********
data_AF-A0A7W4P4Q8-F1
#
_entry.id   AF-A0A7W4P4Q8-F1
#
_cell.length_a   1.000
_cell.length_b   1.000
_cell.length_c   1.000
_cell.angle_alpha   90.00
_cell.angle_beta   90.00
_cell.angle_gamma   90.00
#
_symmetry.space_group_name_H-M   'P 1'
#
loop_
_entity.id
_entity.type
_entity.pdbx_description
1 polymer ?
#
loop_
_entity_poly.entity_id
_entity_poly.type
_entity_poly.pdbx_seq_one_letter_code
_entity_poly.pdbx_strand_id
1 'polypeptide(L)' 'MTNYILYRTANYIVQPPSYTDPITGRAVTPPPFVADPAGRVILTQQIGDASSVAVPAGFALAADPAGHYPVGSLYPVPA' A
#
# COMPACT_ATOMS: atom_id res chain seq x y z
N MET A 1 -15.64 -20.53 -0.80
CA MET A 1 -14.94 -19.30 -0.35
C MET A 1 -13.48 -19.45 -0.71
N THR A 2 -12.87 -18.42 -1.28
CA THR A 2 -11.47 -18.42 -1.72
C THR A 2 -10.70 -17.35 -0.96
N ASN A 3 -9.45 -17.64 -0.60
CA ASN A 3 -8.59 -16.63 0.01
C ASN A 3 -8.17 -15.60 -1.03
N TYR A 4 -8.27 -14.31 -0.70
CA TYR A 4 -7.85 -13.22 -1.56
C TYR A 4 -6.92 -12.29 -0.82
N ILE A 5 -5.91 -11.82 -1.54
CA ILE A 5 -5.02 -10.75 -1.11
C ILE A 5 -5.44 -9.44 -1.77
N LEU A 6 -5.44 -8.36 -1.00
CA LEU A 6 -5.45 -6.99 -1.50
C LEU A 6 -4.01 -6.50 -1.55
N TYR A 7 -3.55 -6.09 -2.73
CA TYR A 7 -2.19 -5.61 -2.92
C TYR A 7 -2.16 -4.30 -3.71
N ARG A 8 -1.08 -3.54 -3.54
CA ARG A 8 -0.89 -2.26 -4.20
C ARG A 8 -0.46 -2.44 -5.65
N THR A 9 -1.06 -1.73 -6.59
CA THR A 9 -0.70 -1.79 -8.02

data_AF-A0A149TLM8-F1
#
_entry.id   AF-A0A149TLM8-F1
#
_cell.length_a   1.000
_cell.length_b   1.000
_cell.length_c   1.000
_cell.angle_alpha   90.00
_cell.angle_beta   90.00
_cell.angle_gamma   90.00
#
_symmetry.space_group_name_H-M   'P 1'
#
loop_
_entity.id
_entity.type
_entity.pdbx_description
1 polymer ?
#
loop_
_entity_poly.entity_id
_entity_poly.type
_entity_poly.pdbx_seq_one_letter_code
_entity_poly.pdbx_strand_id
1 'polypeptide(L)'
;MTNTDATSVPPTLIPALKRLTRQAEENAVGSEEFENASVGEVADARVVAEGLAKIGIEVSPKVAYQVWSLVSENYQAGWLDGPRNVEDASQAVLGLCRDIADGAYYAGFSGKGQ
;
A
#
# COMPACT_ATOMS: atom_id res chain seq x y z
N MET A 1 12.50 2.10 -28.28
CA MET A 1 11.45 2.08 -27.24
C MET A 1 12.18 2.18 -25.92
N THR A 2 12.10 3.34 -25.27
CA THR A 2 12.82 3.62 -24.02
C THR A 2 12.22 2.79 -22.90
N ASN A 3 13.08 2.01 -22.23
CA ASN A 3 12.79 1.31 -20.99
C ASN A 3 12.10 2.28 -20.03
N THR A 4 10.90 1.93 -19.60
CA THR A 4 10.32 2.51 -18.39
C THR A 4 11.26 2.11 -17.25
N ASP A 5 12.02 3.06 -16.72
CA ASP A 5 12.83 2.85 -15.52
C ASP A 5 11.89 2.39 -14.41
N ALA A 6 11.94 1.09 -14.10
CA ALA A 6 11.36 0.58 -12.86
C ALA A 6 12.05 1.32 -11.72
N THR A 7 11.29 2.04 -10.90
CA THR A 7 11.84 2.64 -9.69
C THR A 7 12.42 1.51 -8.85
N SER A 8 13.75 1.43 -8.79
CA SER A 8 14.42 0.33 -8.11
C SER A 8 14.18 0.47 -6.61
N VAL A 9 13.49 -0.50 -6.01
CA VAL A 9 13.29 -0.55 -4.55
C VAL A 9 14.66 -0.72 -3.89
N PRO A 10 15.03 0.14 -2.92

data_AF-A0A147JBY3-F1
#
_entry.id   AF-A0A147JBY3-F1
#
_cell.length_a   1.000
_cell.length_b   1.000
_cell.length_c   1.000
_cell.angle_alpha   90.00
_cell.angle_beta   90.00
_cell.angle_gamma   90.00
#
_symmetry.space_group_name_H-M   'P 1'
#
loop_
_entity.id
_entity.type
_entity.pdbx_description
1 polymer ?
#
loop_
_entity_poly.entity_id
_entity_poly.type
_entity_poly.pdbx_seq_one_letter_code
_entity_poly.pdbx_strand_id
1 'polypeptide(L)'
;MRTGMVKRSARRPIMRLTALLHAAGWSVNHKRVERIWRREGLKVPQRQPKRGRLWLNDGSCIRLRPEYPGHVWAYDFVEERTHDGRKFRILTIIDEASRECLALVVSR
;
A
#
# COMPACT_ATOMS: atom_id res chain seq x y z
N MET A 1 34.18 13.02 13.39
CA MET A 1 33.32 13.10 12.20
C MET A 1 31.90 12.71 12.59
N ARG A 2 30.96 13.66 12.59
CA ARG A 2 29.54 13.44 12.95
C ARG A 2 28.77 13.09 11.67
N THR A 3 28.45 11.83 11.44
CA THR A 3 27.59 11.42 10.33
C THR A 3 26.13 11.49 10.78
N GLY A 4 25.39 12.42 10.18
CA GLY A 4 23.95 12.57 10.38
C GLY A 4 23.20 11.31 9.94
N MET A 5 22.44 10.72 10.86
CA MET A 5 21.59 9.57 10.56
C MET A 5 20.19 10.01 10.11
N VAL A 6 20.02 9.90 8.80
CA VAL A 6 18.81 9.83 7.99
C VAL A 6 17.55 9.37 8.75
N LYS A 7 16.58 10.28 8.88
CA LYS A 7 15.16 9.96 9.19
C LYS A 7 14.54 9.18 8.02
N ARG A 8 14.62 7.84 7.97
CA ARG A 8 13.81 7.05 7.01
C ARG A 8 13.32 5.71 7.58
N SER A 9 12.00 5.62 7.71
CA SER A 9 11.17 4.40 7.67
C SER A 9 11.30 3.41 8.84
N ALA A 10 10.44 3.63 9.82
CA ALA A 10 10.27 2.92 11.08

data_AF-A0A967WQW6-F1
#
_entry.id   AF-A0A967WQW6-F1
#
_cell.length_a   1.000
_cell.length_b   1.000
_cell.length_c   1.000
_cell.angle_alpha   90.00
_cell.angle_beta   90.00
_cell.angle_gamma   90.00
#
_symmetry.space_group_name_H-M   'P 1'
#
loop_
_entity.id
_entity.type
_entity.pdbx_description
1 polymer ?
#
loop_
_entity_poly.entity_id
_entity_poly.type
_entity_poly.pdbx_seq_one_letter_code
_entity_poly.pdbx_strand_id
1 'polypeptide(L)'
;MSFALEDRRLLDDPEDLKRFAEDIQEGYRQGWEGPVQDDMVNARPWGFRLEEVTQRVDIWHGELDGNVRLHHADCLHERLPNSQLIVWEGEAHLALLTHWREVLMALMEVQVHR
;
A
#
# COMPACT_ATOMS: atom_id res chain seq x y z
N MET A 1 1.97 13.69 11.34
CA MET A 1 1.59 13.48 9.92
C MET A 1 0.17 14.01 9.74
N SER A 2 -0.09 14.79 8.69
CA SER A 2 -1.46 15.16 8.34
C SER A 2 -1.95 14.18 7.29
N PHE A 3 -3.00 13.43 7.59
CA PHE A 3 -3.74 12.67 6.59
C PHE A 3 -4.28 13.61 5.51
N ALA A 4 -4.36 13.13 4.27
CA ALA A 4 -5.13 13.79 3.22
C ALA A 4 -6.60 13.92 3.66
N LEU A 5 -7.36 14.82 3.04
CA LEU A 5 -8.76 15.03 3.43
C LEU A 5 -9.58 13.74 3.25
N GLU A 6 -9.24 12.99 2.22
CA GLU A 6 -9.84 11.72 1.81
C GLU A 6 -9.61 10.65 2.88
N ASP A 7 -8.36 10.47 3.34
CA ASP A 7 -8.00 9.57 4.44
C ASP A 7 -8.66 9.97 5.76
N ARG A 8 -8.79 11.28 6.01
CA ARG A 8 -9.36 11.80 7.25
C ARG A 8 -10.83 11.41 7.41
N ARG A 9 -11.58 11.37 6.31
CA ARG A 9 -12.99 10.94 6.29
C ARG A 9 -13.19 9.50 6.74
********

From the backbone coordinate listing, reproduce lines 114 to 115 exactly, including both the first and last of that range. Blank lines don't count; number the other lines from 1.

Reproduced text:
_entry.id   AF-A0A147JBY3-F1
#